There’s no subtitle to this biography of writer John Updike (1932-2009), perhaps because the only logical one is a rather old-fashioned phrase: “His Life and Works.” Recognizing how relentlessly Updike’s fiction draws on its author’s own experiences, Adam Begley structures his book as a kind of double helix with two interlaced narrative strands. In one, he provides the facts of Updike’s 76 years in the world, in the other he shows how this most writerly of writers used his work to probe and reflect on nearly every aspect of his life.
At first, Begley’s extensive paraphrases — of dozens of stories and poems, as well as nearly all the novels, except the weak ones of Updike’s last decade — can be slightly troubling. A lot of this biography is taken up with retelling plots, examining characters and commenting on Updike’s artistry. Spoilers abound. If you aren’t already familiar with the Richard and Joan Maple stories — about the gradual breakup of a marriage — or the four novels about Harry “Rabbit” Angstrom, you might feel they have been wrecked for you.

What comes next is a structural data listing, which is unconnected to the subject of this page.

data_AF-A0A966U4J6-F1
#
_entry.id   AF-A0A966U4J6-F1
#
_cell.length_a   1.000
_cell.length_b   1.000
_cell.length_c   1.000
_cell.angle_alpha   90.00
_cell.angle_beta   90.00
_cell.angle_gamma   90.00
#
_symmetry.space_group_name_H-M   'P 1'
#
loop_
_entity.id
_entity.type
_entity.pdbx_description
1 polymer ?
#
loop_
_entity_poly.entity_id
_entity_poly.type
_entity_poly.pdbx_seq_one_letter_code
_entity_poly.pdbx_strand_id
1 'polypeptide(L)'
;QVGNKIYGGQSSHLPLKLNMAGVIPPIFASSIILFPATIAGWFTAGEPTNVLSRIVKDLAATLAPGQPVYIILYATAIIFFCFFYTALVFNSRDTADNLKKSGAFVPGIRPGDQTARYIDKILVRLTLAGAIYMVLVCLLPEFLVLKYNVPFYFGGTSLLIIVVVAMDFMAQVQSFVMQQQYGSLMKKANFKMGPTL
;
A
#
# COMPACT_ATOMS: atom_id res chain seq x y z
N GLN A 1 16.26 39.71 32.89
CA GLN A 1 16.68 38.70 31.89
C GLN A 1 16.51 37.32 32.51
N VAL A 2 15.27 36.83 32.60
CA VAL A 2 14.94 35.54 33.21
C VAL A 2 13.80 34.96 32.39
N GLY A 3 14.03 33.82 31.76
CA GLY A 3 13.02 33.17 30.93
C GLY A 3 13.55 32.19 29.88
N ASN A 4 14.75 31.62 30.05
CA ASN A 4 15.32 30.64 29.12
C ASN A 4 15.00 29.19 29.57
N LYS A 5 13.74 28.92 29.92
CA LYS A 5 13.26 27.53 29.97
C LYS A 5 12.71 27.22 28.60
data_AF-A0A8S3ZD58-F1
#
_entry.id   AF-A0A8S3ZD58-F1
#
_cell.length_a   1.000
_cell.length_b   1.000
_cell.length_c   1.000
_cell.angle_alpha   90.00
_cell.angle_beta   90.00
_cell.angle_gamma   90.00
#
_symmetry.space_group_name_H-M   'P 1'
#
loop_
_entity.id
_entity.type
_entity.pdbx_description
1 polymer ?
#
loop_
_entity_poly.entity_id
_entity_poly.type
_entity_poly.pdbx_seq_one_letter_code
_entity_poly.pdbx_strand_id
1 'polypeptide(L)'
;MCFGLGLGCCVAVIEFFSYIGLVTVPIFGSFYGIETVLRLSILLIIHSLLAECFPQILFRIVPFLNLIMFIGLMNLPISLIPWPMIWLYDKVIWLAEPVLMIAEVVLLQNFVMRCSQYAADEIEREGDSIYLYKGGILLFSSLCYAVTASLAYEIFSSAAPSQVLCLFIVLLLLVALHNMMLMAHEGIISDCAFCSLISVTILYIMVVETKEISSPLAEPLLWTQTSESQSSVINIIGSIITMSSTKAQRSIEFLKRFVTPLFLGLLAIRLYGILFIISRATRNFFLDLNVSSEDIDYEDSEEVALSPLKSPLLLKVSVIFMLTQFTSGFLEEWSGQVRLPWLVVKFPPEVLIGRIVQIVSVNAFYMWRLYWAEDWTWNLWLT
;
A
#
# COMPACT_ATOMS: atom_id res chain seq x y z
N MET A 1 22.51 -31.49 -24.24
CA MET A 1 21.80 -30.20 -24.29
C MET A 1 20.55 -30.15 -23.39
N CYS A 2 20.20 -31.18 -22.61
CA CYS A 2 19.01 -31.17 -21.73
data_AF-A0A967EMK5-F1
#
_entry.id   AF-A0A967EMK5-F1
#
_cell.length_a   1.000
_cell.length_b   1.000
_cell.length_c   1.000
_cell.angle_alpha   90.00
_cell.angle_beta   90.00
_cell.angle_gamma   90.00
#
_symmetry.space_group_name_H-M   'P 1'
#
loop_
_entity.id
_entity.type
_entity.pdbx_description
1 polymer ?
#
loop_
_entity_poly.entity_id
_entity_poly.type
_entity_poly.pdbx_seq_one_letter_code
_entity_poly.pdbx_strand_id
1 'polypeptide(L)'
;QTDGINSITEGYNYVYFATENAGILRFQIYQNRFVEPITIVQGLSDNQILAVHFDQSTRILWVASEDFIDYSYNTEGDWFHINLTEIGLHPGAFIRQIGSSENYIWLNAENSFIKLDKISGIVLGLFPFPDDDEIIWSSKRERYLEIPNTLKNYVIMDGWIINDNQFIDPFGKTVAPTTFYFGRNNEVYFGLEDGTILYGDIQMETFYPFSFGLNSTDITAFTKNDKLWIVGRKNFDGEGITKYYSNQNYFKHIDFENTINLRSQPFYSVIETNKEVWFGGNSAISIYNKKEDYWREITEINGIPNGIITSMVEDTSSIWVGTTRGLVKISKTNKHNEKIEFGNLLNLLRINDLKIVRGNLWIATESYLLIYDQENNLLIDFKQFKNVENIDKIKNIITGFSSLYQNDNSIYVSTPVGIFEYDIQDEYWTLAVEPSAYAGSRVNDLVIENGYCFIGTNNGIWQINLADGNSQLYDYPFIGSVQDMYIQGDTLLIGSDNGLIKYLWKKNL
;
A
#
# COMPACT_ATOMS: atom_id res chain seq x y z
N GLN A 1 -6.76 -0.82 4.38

That is, if you believe that people enjoy serious fiction mainly for the plot. In a popular novel the crises, surprises, reversals and final revelations keep the reader turning the pages, which is, after all, the author’s main objective. But in literary fiction, style is paramount: How the story is told is the real story. That’s why we can reread, why we actively want to reread, anything with Updike’s name on it. He writes — to stretch an adverb — charismatically, with a seemingly effortless and inexhaustible pizzazz. “The purr of a zipper unzipped” may be a simple, almost throwaway phrase, yet it simultaneously conveys meaning, the right sound and erotic promise. Yes, there is a certain exhibitionism to such prose, even an air of winking archness. Still, most of us read Updike in the same way we watch Fred Astaire dance — with awe and sighs of pleasure, with gratitude.